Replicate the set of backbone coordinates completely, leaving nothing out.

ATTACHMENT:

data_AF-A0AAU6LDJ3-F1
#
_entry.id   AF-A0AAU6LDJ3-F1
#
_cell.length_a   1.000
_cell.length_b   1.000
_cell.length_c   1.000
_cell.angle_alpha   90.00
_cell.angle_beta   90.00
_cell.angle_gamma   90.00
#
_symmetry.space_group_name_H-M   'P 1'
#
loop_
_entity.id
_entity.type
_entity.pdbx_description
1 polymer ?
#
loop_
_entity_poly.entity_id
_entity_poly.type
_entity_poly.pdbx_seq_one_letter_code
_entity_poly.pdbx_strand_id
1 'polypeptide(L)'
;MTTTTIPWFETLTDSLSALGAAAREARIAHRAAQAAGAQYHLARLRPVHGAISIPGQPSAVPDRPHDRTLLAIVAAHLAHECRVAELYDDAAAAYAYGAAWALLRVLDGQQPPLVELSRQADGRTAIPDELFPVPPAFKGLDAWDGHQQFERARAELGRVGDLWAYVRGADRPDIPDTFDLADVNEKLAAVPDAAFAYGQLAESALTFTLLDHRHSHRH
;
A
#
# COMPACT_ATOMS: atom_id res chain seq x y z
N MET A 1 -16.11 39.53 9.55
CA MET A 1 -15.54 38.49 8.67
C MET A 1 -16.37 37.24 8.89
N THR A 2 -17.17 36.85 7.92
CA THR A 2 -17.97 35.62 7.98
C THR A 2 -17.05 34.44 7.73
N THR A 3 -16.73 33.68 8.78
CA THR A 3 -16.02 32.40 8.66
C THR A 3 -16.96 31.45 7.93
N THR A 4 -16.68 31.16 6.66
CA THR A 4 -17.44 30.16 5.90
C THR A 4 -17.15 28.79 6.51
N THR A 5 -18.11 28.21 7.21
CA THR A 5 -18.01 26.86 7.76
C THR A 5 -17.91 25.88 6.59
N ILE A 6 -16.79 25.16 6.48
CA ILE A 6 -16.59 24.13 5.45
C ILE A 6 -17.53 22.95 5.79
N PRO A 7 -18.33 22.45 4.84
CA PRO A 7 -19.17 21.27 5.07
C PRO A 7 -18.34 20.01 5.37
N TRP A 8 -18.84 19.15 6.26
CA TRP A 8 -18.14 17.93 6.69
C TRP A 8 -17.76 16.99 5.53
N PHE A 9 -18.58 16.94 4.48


data_AF-A0AAU6LDJ3-F1
#
_entry.id   AF-A0AAU6LDJ3-F1
#
_cell.length_a   1.000
_cell.length_b   1.000
_cell.length_c   1.000
_cell.angle_alpha   90.00
_cell.angle_beta   90.00
_cell.angle_gamma   90.00
#
_symmetry.space_group_name_H-M   'P 1'
#
loop_
_entity.id
_entity.type
_entity.pdbx_description
1 polymer ?
#
loop_
_entity_poly.entity_id
_entity_poly.type
_entity_poly.pdbx_seq_one_letter_code
_entity_poly.pdbx_strand_id
1 'polypeptide(L)'
;MTTTTIPWFETLTDSLSALGAAAREARIAHRAAQAAGAQYHLARLRPVHGAISIPGQPSAVPDRPHDRTLLAIVAAHLAHECRVAELYDDAAAAYAYGAAWALLRVLDGQQPPLVELSRQADGRTAIPDELFPVPPAFKGLDAWDGHQQFERARAELGRVGDLWAYVRGADRPDIPDTFDLADVNEKLAAVPDAAFAYGQLAESALTFTLLDHRHSHRH
;
A
#
# COMPACT_ATOMS: atom_id res chain seq x y z
N MET A 1 -16.11 39.53 9.55
CA MET A 1 -15.54 38.49 8.67
C MET A 1 -16.37 37.24 8.89
N THR A 2 -17.17 36.85 7.92
CA THR A 2 -17.97 35.62 7.98
C THR A 2 -17.05 34.44 7.73
N THR A 3 -16.73 33.68 8.78
CA THR A 3 -16.02 32.40 8.66
C THR A 3 -16.96 31.45 7.93
N THR A 4 -16.68 31.16 6.66
CA THR A 4 -17.44 30.16 5.90
C THR A 4 -17.15 28.79 6.51
N THR A 5 -18.11 28.21 7.21
CA THR A 5 -18.01 26.86 7.76
C THR A 5 -17.91 25.88 6.59
N ILE A 6 -16.79 25.16 6.48
CA ILE A 6 -16.59 24.13 5.45
C ILE A 6 -17.53 22.95 5.79
N PRO A 7 -18.33 22.45 4.84
CA PRO A 7 -19.17 21.27 5.07
C PRO A 7 -18.34 20.01 5.37
N TRP A 8 -18.84 19.15 6.26
CA TRP A 8 -18.14 17.93 6.69
C TRP A 8 -17.76 16.99 5.53
N PHE A 9 -18.58 16.94 4.48